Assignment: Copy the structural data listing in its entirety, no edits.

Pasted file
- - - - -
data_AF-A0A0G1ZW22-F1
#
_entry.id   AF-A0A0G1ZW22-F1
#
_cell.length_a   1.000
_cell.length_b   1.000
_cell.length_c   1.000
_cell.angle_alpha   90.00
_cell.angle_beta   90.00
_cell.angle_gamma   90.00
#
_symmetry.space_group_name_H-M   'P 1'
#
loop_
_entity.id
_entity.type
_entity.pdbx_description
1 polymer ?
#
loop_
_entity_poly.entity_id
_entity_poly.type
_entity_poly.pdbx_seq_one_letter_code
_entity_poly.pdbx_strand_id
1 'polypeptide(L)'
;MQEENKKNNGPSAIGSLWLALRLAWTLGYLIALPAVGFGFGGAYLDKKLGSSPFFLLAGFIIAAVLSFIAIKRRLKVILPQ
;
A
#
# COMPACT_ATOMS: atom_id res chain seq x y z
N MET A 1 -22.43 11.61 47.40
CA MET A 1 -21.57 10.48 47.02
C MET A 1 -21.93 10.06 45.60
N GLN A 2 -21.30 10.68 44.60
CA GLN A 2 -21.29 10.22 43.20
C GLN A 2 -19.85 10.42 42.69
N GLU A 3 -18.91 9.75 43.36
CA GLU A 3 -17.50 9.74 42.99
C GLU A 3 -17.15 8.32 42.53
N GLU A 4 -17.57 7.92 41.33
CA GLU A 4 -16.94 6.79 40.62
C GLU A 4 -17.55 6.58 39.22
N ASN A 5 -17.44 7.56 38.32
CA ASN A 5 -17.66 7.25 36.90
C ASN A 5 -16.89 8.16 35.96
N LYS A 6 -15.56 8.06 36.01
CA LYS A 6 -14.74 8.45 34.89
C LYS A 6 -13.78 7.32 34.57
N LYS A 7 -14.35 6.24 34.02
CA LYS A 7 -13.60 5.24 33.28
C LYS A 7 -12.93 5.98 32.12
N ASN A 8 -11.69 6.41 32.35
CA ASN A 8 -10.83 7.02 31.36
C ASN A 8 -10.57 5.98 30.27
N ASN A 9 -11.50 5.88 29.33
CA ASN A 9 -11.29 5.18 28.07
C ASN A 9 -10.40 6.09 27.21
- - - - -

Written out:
data_AF-A0A0G1ZW22-F1
#
_entry.id   AF-A0A0G1ZW22-F1
#
_cell.length_a   1.000
_cell.length_b   1.000
_cell.length_c   1.000
_cell.angle_alpha   90.00
_cell.angle_beta   90.00
_cell.angle_gamma   90.00
#
_symmetry.space_group_name_H-M   'P 1'
#
loop_
_entity.id
_entity.type
_entity.pdbx_description
1 polymer ?
#
loop_
_entity_poly.entity_id
_entity_poly.type
_entity_poly.pdbx_seq_one_letter_code
_entity_poly.pdbx_strand_id
1 'polypeptide(L)'
;MQEENKKNNGPSAIGSLWLALRLAWTLGYLIALPAVGFGFGGAYLDKKLGSSPFFLLAGFIIAAVLSFIAIKRRLKVILPQ
;
A
#
# COMPACT_ATOMS: atom_id res chain seq x y z
N MET A 1 -22.43 11.61 47.40
CA MET A 1 -21.57 10.48 47.02
C MET A 1 -21.93 10.06 45.60
N GLN A 2 -21.30 10.68 44.60
CA GLN A 2 -21.29 10.22 43.20
C GLN A 2 -19.85 10.42 42.69
N GLU A 3 -18.91 9.75 43.36
CA GLU A 3 -17.50 9.74 42.99
C GLU A 3 -17.15 8.32 42.53
N GLU A 4 -17.57 7.92 41.33
CA GLU A 4 -16.94 6.79 40.62
C GLU A 4 -17.55 6.58 39.22
N ASN A 5 -17.44 7.56 38.32
CA ASN A 5 -17.66 7.25 36.90
C ASN A 5 -16.89 8.16 35.96
N LYS A 6 -15.56 8.06 36.01
CA LYS A 6 -14.74 8.45 34.89
C LYS A 6 -13.78 7.32 34.57
N LYS A 7 -14.35 6.24 34.02
CA LYS A 7 -13.60 5.24 33.28
C LYS A 7 -12.93 5.98 32.12
N ASN A 8 -11.69 6.41 32.35
CA ASN A 8 -10.83 7.02 31.36
C ASN A 8 -10.57 5.98 30.27
N ASN A 9 -11.50 5.88 29.33
CA ASN A 9 -11.29 5.18 28.07
C ASN A 9 -10.40 6.09 27.21